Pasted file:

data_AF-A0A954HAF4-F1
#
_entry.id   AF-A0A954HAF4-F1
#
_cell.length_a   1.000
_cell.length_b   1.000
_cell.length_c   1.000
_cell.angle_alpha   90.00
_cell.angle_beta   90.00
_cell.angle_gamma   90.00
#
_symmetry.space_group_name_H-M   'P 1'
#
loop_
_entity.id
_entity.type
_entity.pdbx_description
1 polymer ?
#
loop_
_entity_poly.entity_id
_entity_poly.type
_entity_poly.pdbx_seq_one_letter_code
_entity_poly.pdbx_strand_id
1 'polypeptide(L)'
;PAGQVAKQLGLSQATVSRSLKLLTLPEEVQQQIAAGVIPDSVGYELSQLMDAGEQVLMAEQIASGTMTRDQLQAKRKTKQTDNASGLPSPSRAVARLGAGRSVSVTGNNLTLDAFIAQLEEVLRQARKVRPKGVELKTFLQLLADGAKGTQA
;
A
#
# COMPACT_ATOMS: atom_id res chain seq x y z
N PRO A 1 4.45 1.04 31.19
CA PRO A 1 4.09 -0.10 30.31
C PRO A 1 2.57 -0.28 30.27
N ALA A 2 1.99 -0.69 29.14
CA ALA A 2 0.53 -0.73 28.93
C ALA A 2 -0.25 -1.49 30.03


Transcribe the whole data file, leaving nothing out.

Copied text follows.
data_AF-A0A954HAF4-F1
#
_entry.id   AF-A0A954HAF4-F1
#
_cell.length_a   1.000
_cell.length_b   1.000
_cell.length_c   1.000
_cell.angle_alpha   90.00
_cell.angle_beta   90.00
_cell.angle_gamma   90.00
#
_symmetry.space_group_name_H-M   'P 1'
#
loop_
_entity.id
_entity.type
_entity.pdbx_description
1 polymer ?
#
loop_
_entity_poly.entity_id
_entity_poly.type
_entity_poly.pdbx_seq_one_letter_code
_entity_poly.pdbx_strand_id
1 'polypeptide(L)'
;PAGQVAKQLGLSQATVSRSLKLLTLPEEVQQQIAAGVIPDSVGYELSQLMDAGEQVLMAEQIASGTMTRDQLQAKRKTKQTDNASGLPSPSRAVARLGAGRSVSVTGNNLTLDAFIAQLEEVLRQARKVRPKGVELKTFLQLLADGAKGTQA
;
A
#
# COMPACT_ATOMS: atom_id res chain seq x y z
N PRO A 1 4.45 1.04 31.19
CA PRO A 1 4.09 -0.10 30.31
C PRO A 1 2.57 -0.28 30.27
N ALA A 2 1.99 -0.69 29.14
CA ALA A 2 0.53 -0.73 28.93
C ALA A 2 -0.25 -1.49 30.03